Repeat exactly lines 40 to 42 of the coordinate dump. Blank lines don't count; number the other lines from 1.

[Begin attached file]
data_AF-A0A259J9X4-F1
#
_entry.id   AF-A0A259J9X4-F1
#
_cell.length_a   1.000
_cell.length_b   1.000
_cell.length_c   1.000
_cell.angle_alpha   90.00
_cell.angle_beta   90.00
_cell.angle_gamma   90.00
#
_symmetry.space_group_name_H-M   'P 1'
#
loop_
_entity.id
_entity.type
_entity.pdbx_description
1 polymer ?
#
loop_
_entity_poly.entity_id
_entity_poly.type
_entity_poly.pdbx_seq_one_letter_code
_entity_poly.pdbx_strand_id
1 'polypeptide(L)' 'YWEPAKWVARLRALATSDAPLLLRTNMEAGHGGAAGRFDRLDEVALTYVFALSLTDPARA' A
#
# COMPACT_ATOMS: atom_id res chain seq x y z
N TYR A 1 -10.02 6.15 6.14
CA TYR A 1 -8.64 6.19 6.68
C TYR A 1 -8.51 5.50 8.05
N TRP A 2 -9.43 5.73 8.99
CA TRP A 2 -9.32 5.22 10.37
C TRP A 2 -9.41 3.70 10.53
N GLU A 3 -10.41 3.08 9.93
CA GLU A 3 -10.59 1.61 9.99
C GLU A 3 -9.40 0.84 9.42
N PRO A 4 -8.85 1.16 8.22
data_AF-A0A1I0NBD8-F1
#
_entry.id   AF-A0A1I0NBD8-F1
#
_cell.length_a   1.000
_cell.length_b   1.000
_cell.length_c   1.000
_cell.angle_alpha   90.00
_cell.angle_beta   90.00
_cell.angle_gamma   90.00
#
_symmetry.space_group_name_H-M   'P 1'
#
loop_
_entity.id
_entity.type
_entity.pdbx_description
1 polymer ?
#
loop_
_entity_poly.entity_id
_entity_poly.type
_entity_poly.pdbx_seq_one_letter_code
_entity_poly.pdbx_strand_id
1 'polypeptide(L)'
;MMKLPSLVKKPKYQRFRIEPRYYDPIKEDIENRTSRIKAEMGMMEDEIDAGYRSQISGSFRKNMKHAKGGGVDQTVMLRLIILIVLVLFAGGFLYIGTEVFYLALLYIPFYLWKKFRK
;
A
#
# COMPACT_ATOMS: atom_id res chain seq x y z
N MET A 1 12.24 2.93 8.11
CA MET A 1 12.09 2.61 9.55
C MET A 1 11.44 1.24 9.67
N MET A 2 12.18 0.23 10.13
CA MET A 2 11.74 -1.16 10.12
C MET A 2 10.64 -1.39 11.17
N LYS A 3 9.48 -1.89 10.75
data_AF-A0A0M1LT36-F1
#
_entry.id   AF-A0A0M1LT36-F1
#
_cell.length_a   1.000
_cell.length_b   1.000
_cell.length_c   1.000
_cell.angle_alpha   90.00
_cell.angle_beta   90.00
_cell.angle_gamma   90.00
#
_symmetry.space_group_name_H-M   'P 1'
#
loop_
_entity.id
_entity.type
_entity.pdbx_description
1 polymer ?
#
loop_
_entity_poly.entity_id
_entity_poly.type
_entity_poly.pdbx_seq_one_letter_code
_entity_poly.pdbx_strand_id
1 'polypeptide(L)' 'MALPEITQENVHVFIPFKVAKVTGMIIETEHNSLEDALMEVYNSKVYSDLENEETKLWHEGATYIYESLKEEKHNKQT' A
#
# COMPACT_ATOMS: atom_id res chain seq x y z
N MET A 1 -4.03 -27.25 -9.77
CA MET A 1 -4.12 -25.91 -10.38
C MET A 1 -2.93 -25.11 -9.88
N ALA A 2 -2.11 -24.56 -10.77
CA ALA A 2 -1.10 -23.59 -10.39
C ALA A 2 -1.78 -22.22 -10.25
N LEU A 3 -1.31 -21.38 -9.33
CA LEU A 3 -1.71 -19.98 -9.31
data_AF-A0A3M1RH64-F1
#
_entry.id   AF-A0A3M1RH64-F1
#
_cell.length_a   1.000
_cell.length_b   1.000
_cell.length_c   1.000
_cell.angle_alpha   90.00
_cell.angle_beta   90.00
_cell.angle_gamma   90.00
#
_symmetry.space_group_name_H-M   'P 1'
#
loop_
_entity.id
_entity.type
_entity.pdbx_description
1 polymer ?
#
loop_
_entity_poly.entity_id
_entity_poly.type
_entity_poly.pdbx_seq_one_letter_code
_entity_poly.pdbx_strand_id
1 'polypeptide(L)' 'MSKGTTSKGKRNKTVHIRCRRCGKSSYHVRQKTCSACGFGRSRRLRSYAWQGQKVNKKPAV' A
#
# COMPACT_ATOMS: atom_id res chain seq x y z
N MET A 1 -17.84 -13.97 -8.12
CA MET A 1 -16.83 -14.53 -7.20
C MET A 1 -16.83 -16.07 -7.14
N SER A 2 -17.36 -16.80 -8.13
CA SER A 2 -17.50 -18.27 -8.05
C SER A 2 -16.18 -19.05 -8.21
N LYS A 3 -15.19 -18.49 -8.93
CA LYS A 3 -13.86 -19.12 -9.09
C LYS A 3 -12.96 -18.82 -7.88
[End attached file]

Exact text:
_entry.id   AF-A0A1I0NBD8-F1
#
_cell.length_a   1.000